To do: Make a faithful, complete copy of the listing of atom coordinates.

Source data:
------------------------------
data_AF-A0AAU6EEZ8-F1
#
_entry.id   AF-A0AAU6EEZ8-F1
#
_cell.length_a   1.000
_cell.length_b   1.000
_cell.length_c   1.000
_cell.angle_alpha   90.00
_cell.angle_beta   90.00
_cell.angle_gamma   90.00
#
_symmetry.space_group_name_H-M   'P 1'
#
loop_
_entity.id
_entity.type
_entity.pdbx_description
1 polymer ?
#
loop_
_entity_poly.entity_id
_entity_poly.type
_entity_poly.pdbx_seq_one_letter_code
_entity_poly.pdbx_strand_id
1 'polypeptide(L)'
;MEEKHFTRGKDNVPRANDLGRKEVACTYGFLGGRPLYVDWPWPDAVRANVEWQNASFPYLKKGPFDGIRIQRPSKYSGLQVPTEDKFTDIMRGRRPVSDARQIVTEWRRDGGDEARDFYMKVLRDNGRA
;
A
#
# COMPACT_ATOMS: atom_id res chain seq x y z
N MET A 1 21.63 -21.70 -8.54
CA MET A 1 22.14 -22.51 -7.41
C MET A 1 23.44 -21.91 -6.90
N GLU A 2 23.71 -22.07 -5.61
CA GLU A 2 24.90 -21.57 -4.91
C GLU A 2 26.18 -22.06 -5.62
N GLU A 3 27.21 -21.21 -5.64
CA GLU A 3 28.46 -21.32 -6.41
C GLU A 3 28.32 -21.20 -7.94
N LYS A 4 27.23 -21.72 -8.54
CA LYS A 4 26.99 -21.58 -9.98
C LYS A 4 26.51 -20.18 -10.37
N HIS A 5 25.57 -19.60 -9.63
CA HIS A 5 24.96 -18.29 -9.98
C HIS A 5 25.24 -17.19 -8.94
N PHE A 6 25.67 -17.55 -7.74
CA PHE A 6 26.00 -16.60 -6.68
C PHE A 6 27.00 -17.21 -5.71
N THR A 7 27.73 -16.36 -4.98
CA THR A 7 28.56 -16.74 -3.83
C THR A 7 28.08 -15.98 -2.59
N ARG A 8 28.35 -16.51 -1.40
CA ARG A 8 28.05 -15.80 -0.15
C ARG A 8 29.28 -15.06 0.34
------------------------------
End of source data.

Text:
data_AF-A0AAU6EEZ8-F1
#
_entry.id   AF-A0AAU6EEZ8-F1
#
_cell.length_a   1.000
_cell.length_b   1.000
_cell.length_c   1.000
_cell.angle_alpha   90.00
_cell.angle_beta   90.00
_cell.angle_gamma   90.00
#
_symmetry.space_group_name_H-M   'P 1'
#
loop_
_entity.id
_entity.type
_entity.pdbx_description
1 polymer ?
#
loop_
_entity_poly.entity_id
_entity_poly.type
_entity_poly.pdbx_seq_one_letter_code
_entity_poly.pdbx_strand_id
1 'polypeptide(L)'
;MEEKHFTRGKDNVPRANDLGRKEVACTYGFLGGRPLYVDWPWPDAVRANVEWQNASFPYLKKGPFDGIRIQRPSKYSGLQVPTEDKFTDIMRGRRPVSDARQIVTEWRRDGGDEARDFYMKVLRDNGRA
;
A
#
# COMPACT_ATOMS: atom_id res chain seq x y z
N MET A 1 21.63 -21.70 -8.54
CA MET A 1 22.14 -22.51 -7.41
C MET A 1 23.44 -21.91 -6.90
N GLU A 2 23.71 -22.07 -5.61
CA GLU A 2 24.90 -21.57 -4.91
C GLU A 2 26.18 -22.06 -5.62
N GLU A 3 27.21 -21.21 -5.64
CA GLU A 3 28.46 -21.32 -6.41
C GLU A 3 28.32 -21.20 -7.94
N LYS A 4 27.23 -21.72 -8.54
CA LYS A 4 26.99 -21.58 -9.98
C LYS A 4 26.51 -20.18 -10.37
N HIS A 5 25.57 -19.60 -9.63
CA HIS A 5 24.96 -18.29 -9.98
C HIS A 5 25.24 -17.19 -8.94
N PHE A 6 25.67 -17.55 -7.74
CA PHE A 6 26.00 -16.60 -6.68
C PHE A 6 27.00 -17.21 -5.71
N THR A 7 27.73 -16.36 -4.98
CA THR A 7 28.56 -16.74 -3.83
C THR A 7 28.08 -15.98 -2.59
N ARG A 8 28.35 -16.51 -1.40
CA ARG A 8 28.05 -15.80 -0.15
C ARG A 8 29.28 -15.06 0.34